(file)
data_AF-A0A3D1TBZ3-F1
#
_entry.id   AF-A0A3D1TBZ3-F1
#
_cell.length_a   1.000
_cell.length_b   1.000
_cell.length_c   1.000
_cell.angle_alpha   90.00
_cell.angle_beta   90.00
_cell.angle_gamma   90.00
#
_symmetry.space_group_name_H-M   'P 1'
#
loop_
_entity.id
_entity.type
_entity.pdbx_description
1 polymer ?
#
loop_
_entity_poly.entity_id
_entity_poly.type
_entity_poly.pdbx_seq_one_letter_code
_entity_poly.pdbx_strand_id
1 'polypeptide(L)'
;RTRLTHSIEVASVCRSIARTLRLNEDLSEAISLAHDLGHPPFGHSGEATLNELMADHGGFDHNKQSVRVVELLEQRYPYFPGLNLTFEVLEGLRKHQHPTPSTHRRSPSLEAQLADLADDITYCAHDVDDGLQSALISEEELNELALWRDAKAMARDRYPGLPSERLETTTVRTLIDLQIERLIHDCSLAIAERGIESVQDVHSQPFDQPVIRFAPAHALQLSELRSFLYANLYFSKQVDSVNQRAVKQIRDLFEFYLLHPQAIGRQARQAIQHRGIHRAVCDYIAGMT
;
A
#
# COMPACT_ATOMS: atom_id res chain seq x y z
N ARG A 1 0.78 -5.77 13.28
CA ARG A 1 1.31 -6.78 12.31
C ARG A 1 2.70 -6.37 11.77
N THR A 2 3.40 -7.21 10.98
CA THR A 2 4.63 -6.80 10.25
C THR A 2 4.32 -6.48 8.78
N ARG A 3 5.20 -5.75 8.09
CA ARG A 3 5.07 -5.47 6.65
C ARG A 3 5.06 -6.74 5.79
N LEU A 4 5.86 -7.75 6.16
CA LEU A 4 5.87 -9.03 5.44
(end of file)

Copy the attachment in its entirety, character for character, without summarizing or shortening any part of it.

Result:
data_AF-A0A3D1TBZ3-F1
#
_entry.id   AF-A0A3D1TBZ3-F1
#
_cell.length_a   1.000
_cell.length_b   1.000
_cell.length_c   1.000
_cell.angle_alpha   90.00
_cell.angle_beta   90.00
_cell.angle_gamma   90.00
#
_symmetry.space_group_name_H-M   'P 1'
#
loop_
_entity.id
_entity.type
_entity.pdbx_description
1 polymer ?
#
loop_
_entity_poly.entity_id
_entity_poly.type
_entity_poly.pdbx_seq_one_letter_code
_entity_poly.pdbx_strand_id
1 'polypeptide(L)'
;RTRLTHSIEVASVCRSIARTLRLNEDLSEAISLAHDLGHPPFGHSGEATLNELMADHGGFDHNKQSVRVVELLEQRYPYFPGLNLTFEVLEGLRKHQHPTPSTHRRSPSLEAQLADLADDITYCAHDVDDGLQSALISEEELNELALWRDAKAMARDRYPGLPSERLETTTVRTLIDLQIERLIHDCSLAIAERGIESVQDVHSQPFDQPVIRFAPAHALQLSELRSFLYANLYFSKQVDSVNQRAVKQIRDLFEFYLLHPQAIGRQARQAIQHRGIHRAVCDYIAGMT
;
A
#
# COMPACT_ATOMS: atom_id res chain seq x y z
N ARG A 1 0.78 -5.77 13.28
CA ARG A 1 1.31 -6.78 12.31
C ARG A 1 2.70 -6.37 11.77
N THR A 2 3.40 -7.21 10.98
CA THR A 2 4.63 -6.80 10.25
C THR A 2 4.32 -6.48 8.78
N ARG A 3 5.20 -5.75 8.09
CA ARG A 3 5.07 -5.47 6.65
C ARG A 3 5.06 -6.74 5.79
N LEU A 4 5.86 -7.75 6.16
CA LEU A 4 5.87 -9.03 5.44